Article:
Bruce presented by The Last Great Hunt
Bruce is merely a block of sponge with stick-on eyes, a cut out mouth and white gloved hands. That’s literally all he is – and yet Bruce is capable of multi-rolling all the numerous characters in his show. The stage is bare but behind Bruce there are two masked puppeteers in full blacks. One is responsible for his head movement and his voice, the other his hands and the sound effects through the piece. This show is perfectly minimal for the Edinburgh Fringe but don’t let the appearance fool you – Bruce’s story is grand and you’re in for a ride.
The show starts with Bruce’s spaceship having trouble re-entering the earths’ atmosphere. The voice on the other end of the radio is Debra, his girlfriend pregnant with his baby. The scene swiftly moves onto series of flashbacks, revealing his courtship and an encounter with his lifetime enemy Joe. We then go back to where Bruce (a former cop and ex-drug addict turned million-selling author) ended up in the spaceship. Then the story enters time-bending territory.
The construction of the story, its tempo and the theme are so cinematic that sometimes I felt like I was watching a movie, forgetting that it is all done with a single block of sponge. Through carefully-defined changes in voice, postures and gestures, we could clearly identify all the characters even when these characters were in conversation with one another. It is a dialogue-driven piece, but one which contains strong visual moments and that let us read different emotions from Bruce's innocent-looking face when it was turned to the audience.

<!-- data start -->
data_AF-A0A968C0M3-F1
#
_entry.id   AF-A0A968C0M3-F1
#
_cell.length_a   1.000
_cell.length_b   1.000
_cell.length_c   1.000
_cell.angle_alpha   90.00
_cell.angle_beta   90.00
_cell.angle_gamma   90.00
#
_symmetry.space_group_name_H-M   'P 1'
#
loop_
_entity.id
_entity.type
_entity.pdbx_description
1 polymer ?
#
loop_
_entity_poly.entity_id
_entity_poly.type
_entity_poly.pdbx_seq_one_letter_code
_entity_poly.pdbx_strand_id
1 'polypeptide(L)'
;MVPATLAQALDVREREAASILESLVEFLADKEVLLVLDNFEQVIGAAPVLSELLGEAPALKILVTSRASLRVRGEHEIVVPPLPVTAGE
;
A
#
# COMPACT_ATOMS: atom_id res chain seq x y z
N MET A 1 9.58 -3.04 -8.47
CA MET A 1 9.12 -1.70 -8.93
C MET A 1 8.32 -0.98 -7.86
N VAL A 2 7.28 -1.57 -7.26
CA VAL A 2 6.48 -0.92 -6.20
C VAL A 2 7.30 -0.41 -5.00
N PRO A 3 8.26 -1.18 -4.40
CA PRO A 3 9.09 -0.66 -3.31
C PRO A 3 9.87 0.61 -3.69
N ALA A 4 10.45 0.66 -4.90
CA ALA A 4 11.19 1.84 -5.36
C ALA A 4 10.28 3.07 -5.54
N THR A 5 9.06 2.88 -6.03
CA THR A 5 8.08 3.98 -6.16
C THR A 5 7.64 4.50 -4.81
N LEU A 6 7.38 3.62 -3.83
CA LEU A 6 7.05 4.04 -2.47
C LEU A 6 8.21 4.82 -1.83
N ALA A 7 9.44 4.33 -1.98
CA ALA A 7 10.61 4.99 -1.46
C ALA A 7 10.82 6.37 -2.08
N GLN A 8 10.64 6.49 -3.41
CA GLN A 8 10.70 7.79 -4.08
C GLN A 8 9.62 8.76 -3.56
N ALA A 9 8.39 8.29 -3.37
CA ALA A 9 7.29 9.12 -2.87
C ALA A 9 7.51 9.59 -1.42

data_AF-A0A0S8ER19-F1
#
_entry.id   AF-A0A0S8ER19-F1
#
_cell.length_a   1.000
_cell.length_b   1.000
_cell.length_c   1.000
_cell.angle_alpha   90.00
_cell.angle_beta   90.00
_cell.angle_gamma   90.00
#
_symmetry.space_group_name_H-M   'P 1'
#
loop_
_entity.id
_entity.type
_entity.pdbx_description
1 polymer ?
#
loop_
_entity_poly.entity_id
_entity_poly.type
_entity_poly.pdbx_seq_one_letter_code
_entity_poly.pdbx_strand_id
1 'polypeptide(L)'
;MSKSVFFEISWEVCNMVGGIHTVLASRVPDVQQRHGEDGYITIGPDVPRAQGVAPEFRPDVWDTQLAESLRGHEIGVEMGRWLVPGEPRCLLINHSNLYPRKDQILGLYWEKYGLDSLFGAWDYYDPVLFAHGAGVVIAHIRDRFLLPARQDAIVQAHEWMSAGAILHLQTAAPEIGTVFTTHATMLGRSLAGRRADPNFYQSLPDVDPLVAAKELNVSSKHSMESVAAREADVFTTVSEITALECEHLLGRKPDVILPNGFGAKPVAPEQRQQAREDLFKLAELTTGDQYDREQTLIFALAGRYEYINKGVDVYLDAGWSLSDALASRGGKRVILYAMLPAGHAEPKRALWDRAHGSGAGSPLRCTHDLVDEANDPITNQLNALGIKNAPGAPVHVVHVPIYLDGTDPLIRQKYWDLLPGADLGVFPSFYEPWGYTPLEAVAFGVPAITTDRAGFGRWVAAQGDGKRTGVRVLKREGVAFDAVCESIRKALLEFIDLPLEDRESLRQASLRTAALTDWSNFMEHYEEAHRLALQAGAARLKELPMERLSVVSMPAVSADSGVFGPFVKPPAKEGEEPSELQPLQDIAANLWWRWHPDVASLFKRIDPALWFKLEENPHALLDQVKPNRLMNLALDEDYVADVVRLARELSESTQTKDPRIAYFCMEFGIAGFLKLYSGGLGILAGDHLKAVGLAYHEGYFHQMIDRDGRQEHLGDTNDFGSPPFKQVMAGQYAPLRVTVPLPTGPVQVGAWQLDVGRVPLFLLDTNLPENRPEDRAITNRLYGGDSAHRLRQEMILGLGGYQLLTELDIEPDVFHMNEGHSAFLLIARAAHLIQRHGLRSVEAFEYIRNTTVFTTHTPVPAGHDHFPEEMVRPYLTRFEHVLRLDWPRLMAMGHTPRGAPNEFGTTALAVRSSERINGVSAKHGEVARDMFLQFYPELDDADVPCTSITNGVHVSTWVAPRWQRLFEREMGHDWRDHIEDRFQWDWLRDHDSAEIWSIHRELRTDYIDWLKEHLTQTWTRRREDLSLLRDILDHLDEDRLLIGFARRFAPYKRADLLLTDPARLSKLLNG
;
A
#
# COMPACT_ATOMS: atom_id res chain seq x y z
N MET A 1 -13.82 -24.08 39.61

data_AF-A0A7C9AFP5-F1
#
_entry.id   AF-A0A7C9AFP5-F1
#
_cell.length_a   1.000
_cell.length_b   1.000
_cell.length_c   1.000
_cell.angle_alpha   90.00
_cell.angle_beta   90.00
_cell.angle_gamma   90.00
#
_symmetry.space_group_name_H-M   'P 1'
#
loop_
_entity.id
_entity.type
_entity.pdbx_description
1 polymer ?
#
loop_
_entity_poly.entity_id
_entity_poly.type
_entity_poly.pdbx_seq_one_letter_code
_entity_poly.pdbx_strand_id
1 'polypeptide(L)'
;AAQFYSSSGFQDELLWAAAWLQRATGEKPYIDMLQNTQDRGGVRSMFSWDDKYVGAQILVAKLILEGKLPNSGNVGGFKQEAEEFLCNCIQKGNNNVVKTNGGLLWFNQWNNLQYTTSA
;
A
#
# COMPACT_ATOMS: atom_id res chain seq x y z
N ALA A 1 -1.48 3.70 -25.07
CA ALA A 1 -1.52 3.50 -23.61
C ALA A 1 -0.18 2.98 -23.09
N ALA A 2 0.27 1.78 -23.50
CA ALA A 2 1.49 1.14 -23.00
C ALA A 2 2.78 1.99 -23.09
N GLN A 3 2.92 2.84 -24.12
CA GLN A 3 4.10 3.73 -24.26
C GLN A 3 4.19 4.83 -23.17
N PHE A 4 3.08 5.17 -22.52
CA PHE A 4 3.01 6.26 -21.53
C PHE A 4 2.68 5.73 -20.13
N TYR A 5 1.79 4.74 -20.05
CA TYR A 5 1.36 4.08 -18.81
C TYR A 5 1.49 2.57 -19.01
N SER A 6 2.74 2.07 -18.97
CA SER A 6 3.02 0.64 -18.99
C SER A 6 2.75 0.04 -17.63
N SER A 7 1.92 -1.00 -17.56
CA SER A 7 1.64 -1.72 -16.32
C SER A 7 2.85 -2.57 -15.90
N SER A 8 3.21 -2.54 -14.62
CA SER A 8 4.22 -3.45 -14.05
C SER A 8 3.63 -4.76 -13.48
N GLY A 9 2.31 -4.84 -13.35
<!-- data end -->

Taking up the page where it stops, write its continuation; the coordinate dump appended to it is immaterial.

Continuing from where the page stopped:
The technique of the puppeteers, Tim Watts and Wyatt Nixon-Lloyd, was very good: the fixed-point relationship between head and hands to create an imagined body was consistent, even from the tight angle of my aisle seat. Their choice of simple puppet design came into its own during Bruce’s trance moments, where his body detached and gained an extra hand. I was eager to see more of this kind of illusion since they achieved such good head-to-hand coordination. The manipulation seemed simple and effortless, but there is a lot of skill and discipline on display.
Bruce was a great reminder of how a simple puppet can portray such a vast story. He's just a block of sponge, but the audience fell in love with this fella, and he took us on a rich and enjoyable time-travelling journey. It was truly delightful to watch.
Created and performed by Tim Watts and Wyatt Nixon-Lloyd